Wall Street Journal
December 22, 1997

No Conflict Ruled in Voucher KO

Despite ruling in 1994 that it was a conflict of interest for a teachers union member or a member’s spouse to vote on teacher contracts, the New Jersey School Ethics Commission ruled in December that it was not a conflict of interest for a teacher union member and a member’s spouse to vote to kill the state’s first public school voucher program in Lincoln Park. The program, which provided tax dollars to pay for tuition at any public, private, or parochial school, was approved last February but in April was suspended by the state.

Voucher opponents won a majority on the school board in April and voted 5-4 to stop the program in May. Before a final vote could be taken, an ethics complaint was filed against two board members with links to the New Jersey Education Association. With the ethics ruling, the Lincoln Park school choice program will be removed from the district’s policy book.
Bergen Record
December 19, 1997


Principal’s Marijuana Use Ruled “Disability”

After high school principal Charles A. Winters Jr. pleaded no contest to a marijuana possession charge in 1991, the school board in Columbiana, Ohio, allowed him to keep his job while he underwent drug abuse rehabilitation treatment but did not renew his contract in 1993. A U.S. District Court jury recently ruled that Winters lost his job due to “drug disability discrimination,” and a hearing will be held next month to determine whether Winters will be reinstated with back pay and benefits.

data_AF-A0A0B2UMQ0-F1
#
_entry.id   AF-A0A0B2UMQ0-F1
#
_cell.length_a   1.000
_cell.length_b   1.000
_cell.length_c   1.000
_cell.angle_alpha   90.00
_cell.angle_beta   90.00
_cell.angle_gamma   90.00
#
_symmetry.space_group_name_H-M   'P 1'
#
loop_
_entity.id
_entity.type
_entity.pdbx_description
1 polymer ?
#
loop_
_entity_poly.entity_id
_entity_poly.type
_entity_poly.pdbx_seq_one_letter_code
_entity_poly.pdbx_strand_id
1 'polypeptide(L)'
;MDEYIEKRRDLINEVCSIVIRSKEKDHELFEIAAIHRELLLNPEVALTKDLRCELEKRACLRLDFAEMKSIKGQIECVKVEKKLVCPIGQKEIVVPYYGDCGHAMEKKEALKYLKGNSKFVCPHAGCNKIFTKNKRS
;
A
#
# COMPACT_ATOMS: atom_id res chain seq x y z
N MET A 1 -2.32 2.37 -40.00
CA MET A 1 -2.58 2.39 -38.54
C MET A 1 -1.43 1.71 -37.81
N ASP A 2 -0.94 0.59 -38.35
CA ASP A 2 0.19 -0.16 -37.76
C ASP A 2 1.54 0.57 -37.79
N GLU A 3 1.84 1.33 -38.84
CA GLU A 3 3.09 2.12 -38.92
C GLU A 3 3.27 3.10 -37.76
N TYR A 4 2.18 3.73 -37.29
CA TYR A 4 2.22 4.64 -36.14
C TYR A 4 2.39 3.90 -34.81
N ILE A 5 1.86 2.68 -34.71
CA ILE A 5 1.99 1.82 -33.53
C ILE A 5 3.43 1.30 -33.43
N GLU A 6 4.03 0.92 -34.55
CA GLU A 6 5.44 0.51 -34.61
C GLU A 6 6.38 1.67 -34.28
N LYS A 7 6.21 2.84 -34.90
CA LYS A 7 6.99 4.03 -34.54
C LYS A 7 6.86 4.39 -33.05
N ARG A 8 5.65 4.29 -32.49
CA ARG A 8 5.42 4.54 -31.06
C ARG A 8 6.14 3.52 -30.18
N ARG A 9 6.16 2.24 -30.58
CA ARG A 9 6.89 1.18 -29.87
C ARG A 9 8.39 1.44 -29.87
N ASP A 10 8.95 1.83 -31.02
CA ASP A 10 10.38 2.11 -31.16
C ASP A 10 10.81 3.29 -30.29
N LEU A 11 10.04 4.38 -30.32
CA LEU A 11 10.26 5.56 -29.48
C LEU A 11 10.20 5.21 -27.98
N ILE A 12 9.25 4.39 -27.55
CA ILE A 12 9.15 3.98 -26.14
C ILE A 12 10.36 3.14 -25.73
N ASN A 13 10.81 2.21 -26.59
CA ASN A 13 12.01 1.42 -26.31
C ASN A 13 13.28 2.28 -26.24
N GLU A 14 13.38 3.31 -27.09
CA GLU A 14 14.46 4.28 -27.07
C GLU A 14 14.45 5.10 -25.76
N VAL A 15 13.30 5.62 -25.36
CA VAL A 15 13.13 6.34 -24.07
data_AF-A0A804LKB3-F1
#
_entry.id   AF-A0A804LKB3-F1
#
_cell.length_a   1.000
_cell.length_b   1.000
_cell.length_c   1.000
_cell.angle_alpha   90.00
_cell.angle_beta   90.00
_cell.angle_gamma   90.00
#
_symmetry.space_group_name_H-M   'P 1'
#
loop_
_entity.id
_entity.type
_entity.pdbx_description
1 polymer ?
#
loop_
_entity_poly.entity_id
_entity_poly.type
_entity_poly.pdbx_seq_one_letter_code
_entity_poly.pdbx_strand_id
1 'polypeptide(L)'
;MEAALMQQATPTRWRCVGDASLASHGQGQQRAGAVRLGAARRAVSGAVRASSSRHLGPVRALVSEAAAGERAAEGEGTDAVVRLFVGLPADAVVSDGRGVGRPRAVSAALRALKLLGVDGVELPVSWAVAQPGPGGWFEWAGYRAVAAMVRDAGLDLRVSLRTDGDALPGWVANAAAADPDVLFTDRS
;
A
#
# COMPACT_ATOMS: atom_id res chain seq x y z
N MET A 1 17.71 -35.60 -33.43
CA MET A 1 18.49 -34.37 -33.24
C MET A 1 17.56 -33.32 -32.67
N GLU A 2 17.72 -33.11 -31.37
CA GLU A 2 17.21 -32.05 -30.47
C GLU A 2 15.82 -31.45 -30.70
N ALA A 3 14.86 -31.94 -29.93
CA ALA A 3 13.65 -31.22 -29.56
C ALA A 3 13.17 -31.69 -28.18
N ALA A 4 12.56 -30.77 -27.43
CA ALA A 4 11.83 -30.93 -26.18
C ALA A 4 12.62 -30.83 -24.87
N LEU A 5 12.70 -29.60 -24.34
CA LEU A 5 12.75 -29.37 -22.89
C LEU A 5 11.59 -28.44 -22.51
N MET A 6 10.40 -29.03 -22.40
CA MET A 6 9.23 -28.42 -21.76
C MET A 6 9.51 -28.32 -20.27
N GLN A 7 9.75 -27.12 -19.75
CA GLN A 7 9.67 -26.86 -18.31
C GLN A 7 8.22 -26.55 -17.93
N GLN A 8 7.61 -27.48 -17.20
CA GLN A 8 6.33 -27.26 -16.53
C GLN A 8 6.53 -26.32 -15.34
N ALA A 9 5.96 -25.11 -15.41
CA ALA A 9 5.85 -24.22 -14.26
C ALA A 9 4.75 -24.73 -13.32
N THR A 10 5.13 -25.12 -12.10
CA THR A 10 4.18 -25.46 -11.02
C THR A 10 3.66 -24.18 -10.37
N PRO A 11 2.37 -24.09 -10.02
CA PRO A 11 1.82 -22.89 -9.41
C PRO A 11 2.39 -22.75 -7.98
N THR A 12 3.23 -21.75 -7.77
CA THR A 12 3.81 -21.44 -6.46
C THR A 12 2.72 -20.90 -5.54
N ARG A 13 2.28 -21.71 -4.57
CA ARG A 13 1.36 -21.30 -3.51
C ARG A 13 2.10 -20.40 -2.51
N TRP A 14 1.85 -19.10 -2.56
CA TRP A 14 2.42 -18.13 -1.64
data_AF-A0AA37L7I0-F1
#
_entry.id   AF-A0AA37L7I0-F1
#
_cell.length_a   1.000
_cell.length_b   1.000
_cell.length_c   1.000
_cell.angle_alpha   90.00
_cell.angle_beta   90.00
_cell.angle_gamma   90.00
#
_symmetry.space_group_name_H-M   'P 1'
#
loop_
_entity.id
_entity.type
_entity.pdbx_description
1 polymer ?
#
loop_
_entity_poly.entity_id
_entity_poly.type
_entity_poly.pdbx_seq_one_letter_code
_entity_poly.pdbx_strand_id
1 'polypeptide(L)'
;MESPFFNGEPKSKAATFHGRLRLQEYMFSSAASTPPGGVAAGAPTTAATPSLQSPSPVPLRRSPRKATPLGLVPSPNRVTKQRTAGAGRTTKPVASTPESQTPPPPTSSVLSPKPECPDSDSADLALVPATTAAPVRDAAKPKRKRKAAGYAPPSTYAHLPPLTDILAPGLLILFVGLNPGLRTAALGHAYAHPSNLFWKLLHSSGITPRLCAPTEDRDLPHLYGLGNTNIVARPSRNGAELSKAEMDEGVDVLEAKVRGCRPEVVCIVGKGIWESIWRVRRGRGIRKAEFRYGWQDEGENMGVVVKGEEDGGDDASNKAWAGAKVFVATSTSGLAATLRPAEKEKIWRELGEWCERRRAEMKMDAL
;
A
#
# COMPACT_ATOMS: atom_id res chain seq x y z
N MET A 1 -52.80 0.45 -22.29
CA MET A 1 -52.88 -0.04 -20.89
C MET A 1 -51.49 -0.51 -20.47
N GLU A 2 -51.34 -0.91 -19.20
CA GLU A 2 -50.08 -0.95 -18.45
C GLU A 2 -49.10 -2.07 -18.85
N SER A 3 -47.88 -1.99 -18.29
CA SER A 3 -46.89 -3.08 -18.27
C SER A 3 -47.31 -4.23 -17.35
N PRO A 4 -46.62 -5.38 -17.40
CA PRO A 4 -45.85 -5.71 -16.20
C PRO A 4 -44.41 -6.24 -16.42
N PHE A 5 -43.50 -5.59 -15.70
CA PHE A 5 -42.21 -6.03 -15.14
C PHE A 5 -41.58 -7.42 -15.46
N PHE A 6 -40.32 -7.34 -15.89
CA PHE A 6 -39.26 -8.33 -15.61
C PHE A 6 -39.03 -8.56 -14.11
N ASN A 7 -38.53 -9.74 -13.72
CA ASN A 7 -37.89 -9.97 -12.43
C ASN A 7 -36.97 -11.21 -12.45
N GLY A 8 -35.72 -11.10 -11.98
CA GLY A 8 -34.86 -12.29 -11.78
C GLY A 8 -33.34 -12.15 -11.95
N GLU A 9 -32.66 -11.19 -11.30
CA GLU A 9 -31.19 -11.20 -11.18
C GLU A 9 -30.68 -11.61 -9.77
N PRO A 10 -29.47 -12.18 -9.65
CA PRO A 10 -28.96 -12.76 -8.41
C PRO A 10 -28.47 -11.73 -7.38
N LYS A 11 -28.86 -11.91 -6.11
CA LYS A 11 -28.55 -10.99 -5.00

Education Intelligence Agency
December 22, 1997


Students May Get Laptops for Textbooks

The Texas Board of Education, facing a $1.8 billion budget for textbooks for the next six years, is considering replacing them with almost four million laptop computers that would be leased at an estimated cost of $300 million a year. Board chairman Dr. Jack Christie says the board has to replace textbooks each year but does not have enough money to replace all aging texts.

“A year ago, we replaced social studies books that still had Ronald Reagan as president, the Berlin Wall standing and the Soviet Union as one country,” he told the New York Times. “With laptops, you can upgrade that for $1.25.”
New York Times
November 19, 1997


Students Get High-Tech Calculators

Last December, some 200,000 graphing calculators were shipped to Virginia’s 135 public school districts for distribution to every 9th- and 10th-grader and to 40 percent of the 8th-graders. The $17 million purchase is to provide students with the tools required to meet the state’s new academic standards, which require students to use the graphing calculators in Algebra II, geometry, higher-level math courses, earth science, and biology.

Although Connecticut purchased about 35,000 basic calculators in 1986 for its public school 8th-graders, Virginia is the first state to make an acquisition of this magnitude.
Education Week
December 3, 1997